Sima de los Huesos is a cave site in Atapuerca Mountains, Spain, where archaeologists have recovered fossils of almost 30 people. Previous studies date the site to around 430,000 years ago (Middle Pleistocene), making it one of the oldest and largest collections of human remains discovered to date.

    Dr Aida Gomez-Robles (UCL Anthropology), said: "Any divergence time between Neanderthals and modern humans younger than 800,000 years ago would have entailed an unexpectedly fast dental evolution in the early Neanderthals from Sima de los Huesos."

    "There are different factors that could potentially explain these results, including strong selection to change the teeth of these hominins or their isolation from other Neanderthals found in mainland Europe. However, the simplest explanation is that the divergence between Neanderthals and modern humans was older than 800,000 years. This would make the evolutionary rates of the early Neanderthals from Sima de los Huesos roughly comparable to those found in other species."​

    Continues.
     
  15. lwd

    lwd Ace

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    Back when I was in school I remember (70's) I read about a skull form South Africa that looked like a Neanderthal. Current theory is that they weren't in Africa though. Not sure how they account for said skull.
     
  16. OpanaPointer

    OpanaPointer I Point at Opana Staff Member Patron   WW2|ORG Editor

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    Ask Lee Berger, at the University of the Witwatersrand.
     
  17. GRW

    GRW Pillboxologist WW2|ORG Editor

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    "A 2,300-year-old Iron Age shield has been revealed by archaeologists.
    Found during a dig near Leicester in 2015 and dated to between 395 and 255BC, the shield was made of painted bark, backed by wooden spars.
    Analysis showed it had been badly damaged, probably by spears and edged weapons, before being left in a pit.
    Experts said the shield gave an "unparalleled" insight into prehistoric technology.
    The shield, which measured 670 x 370mm ( 26" x15") , was found on the Everards Meadows site near the M1 by University of Leicester Archaeological Services (ULAS) archaeologists.
    The bark used was from either alder, willow, poplar, hazel or spindle and the stiffening spars were made of apple, pear, quince or hawthorn.
    The shield had a rim of split hazel rod and a boss, to protect the hand, woven from a willow core."
    www.bbc.co.uk/news/amp/uk-england-leicestershire-48377927?__twitter_impression=true&fbclid=IwAR14PKrHTVqTIkdysxRFSEOcfL2TTLOf-ptfiZ47AxQOO8zq6ycxApz99sk
     
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  18. OpanaPointer

    OpanaPointer I Point at Opana Staff Member Patron   WW2|ORG Editor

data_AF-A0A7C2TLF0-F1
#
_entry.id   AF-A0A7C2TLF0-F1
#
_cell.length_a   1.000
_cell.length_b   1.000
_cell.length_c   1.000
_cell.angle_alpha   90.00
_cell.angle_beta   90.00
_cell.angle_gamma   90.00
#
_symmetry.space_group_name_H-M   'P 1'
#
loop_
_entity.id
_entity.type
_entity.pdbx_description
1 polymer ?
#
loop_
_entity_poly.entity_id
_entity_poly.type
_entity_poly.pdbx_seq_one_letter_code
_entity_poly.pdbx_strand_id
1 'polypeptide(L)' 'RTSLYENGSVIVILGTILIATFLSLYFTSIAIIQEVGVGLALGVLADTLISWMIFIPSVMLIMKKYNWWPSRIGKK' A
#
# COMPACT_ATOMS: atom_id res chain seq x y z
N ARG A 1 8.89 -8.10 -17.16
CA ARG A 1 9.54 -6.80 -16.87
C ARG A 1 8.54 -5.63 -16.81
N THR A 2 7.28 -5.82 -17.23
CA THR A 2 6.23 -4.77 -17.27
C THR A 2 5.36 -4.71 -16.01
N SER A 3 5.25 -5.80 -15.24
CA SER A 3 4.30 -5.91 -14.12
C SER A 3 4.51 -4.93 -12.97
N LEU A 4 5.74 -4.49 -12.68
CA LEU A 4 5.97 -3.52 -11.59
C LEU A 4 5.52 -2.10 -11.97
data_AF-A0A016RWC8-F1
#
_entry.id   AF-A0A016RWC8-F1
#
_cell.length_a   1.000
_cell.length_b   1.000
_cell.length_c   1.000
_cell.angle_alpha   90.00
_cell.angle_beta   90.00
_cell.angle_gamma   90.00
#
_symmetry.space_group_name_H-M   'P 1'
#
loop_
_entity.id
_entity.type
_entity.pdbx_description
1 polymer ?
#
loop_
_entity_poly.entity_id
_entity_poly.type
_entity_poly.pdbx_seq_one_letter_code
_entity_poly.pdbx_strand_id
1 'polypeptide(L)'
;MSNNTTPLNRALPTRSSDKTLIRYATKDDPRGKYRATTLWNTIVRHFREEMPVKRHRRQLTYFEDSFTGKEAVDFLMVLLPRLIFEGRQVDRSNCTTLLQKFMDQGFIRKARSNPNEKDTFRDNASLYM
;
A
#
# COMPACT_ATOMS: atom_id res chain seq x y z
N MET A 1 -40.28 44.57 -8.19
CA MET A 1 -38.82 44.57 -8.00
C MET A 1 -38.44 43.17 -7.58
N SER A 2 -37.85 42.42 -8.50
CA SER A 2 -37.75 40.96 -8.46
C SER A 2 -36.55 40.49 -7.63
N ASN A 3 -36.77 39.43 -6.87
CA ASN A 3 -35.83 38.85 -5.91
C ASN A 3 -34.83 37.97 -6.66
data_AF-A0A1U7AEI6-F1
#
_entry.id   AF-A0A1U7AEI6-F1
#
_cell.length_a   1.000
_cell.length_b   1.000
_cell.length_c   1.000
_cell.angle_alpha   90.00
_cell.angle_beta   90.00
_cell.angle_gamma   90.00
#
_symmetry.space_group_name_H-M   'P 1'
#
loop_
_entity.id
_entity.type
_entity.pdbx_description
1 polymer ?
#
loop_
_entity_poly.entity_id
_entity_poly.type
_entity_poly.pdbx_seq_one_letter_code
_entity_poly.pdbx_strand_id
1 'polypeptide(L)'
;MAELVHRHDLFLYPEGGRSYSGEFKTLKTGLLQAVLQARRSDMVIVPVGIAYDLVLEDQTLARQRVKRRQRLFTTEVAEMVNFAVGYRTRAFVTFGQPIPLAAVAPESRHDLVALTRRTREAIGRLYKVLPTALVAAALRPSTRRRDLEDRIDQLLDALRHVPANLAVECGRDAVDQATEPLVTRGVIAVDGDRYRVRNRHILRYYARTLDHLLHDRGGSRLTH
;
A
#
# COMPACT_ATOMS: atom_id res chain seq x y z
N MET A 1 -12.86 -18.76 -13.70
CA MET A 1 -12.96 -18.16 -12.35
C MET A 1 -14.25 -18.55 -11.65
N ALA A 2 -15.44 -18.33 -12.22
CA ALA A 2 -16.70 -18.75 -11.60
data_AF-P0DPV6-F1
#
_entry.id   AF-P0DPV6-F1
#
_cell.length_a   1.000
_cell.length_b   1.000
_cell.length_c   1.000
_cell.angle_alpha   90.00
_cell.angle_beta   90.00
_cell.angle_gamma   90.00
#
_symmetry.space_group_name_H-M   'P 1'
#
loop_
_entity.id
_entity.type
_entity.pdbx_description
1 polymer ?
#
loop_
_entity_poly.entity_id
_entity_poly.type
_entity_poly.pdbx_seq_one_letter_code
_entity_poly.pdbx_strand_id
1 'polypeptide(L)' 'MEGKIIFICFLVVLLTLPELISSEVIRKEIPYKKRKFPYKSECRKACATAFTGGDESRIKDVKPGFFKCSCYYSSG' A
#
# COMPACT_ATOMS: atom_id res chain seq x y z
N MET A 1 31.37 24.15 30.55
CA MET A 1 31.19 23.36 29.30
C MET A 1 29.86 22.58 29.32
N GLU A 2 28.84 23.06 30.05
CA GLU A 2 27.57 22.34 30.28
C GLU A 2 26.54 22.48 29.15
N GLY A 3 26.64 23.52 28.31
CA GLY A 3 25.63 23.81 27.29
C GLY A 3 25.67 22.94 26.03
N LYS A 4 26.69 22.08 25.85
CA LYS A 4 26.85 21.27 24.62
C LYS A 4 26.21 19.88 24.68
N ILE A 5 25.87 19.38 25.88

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    Obviously carried by an Agent of S.H.I.E.L.D.
     
  19. GRW

    GRW Pillboxologist WW2|ORG Editor

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    "A Montana man’s DNA has been traced back 55 generations with 99 percent accuracy, according to the ancestry company, CRI Genetics, that tested him. This means that the man’s ancestors were in North America 17,000 years ago.
    Darrell “Dusty” Crawford, who is Native American, has said he was taught in school that his ancestors, the Blackfeet Native Americans, used the Bering Land Bridge during the Ice Age to reach the Americas. However, his DNA testing contained another surprise: It seems that Crawford’s ancestors are from the Pacific Islands. From there they presumably traveled along the coast of South America into what is now North America, data suggests.
    The length of Crawford’s lineage is so rare that the company told Crawford’s family that this kind of success was “like finding Big Foot.” The DNA test focused on mitachondrial DNA and Crawford’s line of female ancestors."
    www.thevintagenews.com/2019/05/23/oldest-dna-in-america/

    And more on the Romans in Scotland-
    "ARCHAEOLOGISTS have uncovered fresh evidence of a Roman invasion of Scotland under an Ayrshire playing field.
    A marching camp used by the Legions as they made their way along the coast was found by a team carrying out work prior to the building of the new Ayr Academy.
    It is thought to date back to the first century AD, when an army under Agricola, the Roman Governor of Britain, fought its way up to Aberdeenshire and defeated an army of Caledonians at the battle of Mons Grampius.
    It was previously thought the only two known routes for the Roman invasion were further to the east; the present-day M74 and A68 roads follow these same courses.
    But the new marching camp at Ayr reveals another route down the west coast towards the south-west tip of Scotland, from where Ireland is readily visible.
    The discovery was made during archaeological excavations undertaken by GUARD Archaeology, but only became apparent upon post-excavation analyses and radiocarbon dating."
    www.heraldscotland.com/news/17663920.archaeologists-find-remains-of-the-roman-invasion-of-ayrshire/
     
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  20. OpanaPointer

    OpanaPointer I Point at Opana Staff Member Patron   WW2|ORG Editor

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    55 x 20 = 17,000?